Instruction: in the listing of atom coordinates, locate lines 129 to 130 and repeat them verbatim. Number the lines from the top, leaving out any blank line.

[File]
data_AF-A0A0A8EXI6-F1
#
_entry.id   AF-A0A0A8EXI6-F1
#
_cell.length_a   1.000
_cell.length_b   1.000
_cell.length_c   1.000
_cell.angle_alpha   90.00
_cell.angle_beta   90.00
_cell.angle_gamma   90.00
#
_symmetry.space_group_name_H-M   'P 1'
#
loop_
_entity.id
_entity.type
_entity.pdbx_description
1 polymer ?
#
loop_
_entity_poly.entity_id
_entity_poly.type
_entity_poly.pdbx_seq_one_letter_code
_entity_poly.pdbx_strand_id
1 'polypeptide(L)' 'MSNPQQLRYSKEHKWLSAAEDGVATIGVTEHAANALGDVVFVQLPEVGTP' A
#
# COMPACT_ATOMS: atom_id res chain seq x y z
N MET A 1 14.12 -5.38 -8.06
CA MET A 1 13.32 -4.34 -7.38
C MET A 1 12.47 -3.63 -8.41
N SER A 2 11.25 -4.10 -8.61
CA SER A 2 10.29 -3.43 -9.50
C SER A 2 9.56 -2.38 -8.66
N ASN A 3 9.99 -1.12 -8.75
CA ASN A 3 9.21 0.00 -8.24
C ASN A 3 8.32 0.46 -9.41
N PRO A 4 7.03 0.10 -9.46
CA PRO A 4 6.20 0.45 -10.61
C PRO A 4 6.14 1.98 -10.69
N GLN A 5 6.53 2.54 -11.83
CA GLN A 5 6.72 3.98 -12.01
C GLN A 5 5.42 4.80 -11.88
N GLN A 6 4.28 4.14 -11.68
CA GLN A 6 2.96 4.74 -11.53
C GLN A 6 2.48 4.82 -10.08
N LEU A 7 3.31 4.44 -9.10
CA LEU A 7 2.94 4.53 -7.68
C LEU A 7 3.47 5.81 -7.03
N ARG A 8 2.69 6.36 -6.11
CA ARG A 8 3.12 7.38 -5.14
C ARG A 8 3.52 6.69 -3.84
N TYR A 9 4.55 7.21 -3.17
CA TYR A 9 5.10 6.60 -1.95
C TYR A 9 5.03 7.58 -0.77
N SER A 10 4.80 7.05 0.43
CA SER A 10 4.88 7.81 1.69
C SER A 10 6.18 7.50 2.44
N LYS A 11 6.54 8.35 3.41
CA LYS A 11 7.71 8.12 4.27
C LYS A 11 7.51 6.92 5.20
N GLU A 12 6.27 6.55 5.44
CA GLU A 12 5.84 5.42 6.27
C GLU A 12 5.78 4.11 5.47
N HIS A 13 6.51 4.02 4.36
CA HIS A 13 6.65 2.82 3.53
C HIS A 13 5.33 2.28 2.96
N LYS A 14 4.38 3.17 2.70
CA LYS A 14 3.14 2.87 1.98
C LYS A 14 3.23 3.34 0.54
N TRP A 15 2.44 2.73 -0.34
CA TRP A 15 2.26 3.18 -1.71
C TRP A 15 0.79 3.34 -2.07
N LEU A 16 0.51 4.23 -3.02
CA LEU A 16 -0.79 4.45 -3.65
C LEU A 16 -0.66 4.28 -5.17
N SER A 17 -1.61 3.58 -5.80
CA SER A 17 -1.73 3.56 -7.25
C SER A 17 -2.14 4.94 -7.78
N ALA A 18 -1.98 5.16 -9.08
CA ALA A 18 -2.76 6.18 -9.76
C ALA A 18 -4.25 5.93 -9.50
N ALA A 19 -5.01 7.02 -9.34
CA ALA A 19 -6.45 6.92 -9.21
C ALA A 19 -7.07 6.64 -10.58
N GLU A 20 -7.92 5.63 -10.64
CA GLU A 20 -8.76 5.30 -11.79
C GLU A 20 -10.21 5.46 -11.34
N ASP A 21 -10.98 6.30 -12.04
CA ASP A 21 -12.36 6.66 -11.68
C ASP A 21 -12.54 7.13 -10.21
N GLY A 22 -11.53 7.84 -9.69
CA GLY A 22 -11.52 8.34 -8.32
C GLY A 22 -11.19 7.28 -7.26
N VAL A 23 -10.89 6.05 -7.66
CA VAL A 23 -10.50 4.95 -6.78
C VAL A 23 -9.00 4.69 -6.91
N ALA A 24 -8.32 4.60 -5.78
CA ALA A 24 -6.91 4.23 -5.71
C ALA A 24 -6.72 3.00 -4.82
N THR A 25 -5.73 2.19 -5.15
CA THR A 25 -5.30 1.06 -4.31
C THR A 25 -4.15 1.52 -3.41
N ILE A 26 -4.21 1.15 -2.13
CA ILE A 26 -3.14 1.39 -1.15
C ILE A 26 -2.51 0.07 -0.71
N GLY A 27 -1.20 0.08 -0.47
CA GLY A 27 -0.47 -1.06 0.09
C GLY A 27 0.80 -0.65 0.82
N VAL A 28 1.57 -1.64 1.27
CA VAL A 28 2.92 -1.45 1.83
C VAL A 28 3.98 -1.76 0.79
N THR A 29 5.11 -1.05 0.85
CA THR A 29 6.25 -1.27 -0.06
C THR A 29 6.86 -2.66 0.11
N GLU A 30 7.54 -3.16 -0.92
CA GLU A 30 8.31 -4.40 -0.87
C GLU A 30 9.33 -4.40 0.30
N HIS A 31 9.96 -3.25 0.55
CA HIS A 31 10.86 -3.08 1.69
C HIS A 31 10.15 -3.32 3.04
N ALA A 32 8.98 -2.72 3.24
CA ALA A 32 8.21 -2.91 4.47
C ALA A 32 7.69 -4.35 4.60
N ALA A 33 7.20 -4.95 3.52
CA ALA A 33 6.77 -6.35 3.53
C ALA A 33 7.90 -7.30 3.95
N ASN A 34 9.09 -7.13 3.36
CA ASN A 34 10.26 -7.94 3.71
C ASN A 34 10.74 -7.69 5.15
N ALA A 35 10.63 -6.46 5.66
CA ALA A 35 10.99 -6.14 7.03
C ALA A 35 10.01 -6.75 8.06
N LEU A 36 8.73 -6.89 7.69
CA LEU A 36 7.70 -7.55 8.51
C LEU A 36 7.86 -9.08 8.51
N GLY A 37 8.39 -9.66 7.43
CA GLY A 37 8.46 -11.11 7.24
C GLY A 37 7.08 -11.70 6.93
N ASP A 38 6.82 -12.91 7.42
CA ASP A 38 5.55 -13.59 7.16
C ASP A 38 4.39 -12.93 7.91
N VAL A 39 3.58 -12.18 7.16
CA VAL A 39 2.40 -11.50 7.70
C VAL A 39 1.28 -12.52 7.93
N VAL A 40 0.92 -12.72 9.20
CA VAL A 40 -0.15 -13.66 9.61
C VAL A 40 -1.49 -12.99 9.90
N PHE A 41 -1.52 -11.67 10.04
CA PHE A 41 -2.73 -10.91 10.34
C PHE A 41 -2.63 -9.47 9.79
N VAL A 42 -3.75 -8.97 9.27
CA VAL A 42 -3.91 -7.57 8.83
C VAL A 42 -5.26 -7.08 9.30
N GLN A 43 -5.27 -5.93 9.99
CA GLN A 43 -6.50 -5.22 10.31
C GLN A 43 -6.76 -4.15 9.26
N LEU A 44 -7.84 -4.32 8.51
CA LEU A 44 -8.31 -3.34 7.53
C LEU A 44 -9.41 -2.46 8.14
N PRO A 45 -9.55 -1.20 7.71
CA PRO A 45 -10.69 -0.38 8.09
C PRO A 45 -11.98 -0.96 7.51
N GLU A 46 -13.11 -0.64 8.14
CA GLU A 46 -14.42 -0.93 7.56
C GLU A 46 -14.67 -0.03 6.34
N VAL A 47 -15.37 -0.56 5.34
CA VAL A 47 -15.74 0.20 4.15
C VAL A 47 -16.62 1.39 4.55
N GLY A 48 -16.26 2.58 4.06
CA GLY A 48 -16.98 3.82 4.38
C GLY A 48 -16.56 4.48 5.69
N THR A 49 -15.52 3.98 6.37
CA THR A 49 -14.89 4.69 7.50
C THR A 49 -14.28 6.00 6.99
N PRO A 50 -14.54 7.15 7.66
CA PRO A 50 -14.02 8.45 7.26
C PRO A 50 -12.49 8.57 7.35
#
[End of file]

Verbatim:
C ASN A 34 10.74 -7.69 5.15
N ALA A 35 10.63 -6.46 5.66